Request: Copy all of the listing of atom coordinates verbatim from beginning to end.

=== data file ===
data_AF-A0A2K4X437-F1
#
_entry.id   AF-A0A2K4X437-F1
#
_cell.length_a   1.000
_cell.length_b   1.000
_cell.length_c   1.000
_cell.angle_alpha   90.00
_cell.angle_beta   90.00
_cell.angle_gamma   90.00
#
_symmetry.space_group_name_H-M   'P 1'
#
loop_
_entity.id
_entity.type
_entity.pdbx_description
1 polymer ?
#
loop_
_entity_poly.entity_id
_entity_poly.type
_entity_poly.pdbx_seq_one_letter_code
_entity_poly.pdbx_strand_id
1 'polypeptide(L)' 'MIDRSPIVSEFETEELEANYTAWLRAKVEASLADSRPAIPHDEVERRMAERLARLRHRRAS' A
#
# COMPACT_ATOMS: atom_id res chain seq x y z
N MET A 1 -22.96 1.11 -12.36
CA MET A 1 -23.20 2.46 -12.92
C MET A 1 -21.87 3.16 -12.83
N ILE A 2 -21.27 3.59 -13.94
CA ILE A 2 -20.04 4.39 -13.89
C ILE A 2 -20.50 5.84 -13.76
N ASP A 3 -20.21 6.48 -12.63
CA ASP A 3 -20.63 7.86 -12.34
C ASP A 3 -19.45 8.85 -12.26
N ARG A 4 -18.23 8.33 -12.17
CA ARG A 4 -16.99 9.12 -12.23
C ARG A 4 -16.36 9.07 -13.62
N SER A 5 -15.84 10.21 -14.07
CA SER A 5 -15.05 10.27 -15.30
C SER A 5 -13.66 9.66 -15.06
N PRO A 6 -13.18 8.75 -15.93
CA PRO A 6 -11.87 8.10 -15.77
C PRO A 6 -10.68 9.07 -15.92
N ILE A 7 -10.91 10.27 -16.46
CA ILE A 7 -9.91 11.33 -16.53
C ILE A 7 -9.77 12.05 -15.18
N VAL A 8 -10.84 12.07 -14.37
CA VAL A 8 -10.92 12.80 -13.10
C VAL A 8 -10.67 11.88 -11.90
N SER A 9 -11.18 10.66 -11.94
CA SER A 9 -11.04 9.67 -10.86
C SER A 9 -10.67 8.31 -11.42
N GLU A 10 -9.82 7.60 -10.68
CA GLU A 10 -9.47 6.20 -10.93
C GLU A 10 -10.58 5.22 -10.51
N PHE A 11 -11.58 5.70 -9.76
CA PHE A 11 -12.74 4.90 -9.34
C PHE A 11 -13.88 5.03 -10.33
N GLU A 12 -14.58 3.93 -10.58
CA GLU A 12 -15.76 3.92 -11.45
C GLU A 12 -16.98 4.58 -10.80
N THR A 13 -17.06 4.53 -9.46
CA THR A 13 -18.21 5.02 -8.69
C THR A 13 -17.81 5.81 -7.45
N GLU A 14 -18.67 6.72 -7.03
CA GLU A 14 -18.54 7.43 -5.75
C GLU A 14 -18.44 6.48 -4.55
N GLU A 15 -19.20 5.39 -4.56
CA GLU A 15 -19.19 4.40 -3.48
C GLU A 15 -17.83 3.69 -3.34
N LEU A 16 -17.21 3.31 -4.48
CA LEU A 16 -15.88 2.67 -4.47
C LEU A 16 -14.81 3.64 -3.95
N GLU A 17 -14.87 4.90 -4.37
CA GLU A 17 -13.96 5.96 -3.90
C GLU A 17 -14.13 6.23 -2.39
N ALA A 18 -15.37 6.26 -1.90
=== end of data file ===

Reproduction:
data_AF-A0A2K4X437-F1
#
_entry.id   AF-A0A2K4X437-F1
#
_cell.length_a   1.000
_cell.length_b   1.000
_cell.length_c   1.000
_cell.angle_alpha   90.00
_cell.angle_beta   90.00
_cell.angle_gamma   90.00
#
_symmetry.space_group_name_H-M   'P 1'
#
loop_
_entity.id
_entity.type
_entity.pdbx_description
1 polymer ?
#
loop_
_entity_poly.entity_id
_entity_poly.type
_entity_poly.pdbx_seq_one_letter_code
_entity_poly.pdbx_strand_id
1 'polypeptide(L)' 'MIDRSPIVSEFETEELEANYTAWLRAKVEASLADSRPAIPHDEVERRMAERLARLRHRRAS' A
#
# COMPACT_ATOMS: atom_id res chain seq x y z
N MET A 1 -22.96 1.11 -12.36
CA MET A 1 -23.20 2.46 -12.92
C MET A 1 -21.87 3.16 -12.83
N ILE A 2 -21.27 3.59 -13.94
CA ILE A 2 -20.04 4.39 -13.89
C ILE A 2 -20.50 5.84 -13.76
N ASP A 3 -20.21 6.48 -12.63
CA ASP A 3 -20.63 7.86 -12.34
C ASP A 3 -19.45 8.85 -12.26
N ARG A 4 -18.23 8.33 -12.17
CA ARG A 4 -16.99 9.12 -12.23
C ARG A 4 -16.36 9.07 -13.62
N SER A 5 -15.84 10.21 -14.07
CA SER A 5 -15.05 10.27 -15.30
C SER A 5 -13.66 9.66 -15.06
N PRO A 6 -13.18 8.75 -15.93
CA PRO A 6 -11.87 8.10 -15.77
C PRO A 6 -10.68 9.07 -15.92
N ILE A 7 -10.91 10.27 -16.46
CA ILE A 7 -9.91 11.33 -16.53
C ILE A 7 -9.77 12.05 -15.18
N VAL A 8 -10.84 12.07 -14.37
CA VAL A 8 -10.92 12.80 -13.10
C VAL A 8 -10.67 11.88 -11.90
N SER A 9 -11.18 10.66 -11.94
CA SER A 9 -11.04 9.67 -10.86
C SER A 9 -10.67 8.31 -11.42
N GLU A 10 -9.82 7.60 -10.68
CA GLU A 10 -9.47 6.20 -10.93
C GLU A 10 -10.58 5.22 -10.51
N PHE A 11 -11.58 5.70 -9.76
CA PHE A 11 -12.74 4.90 -9.34
C PHE A 11 -13.88 5.03 -10.33
N GLU A 12 -14.58 3.93 -10.58
CA GLU A 12 -15.76 3.92 -11.45
C GLU A 12 -16.98 4.58 -10.80
N THR A 13 -17.06 4.53 -9.46
CA THR A 13 -18.21 5.02 -8.69
C THR A 13 -17.81 5.81 -7.45
N GLU A 14 -18.67 6.72 -7.03
CA GLU A 14 -18.54 7.43 -5.75
C GLU A 14 -18.44 6.48 -4.55
N GLU A 15 -19.20 5.39 -4.56
CA GLU A 15 -19.19 4.40 -3.48
C GLU A 15 -17.83 3.69 -3.34
N LEU A 16 -17.21 3.31 -4.48
CA LEU A 16 -15.88 2.67 -4.47
C LEU A 16 -14.81 3.64 -3.95
N GLU A 17 -14.87 4.90 -4.37
CA GLU A 17 -13.96 5.96 -3.90
C GLU A 17 -14.13 6.23 -2.39
N ALA A 18 -15.37 6.26 -1.90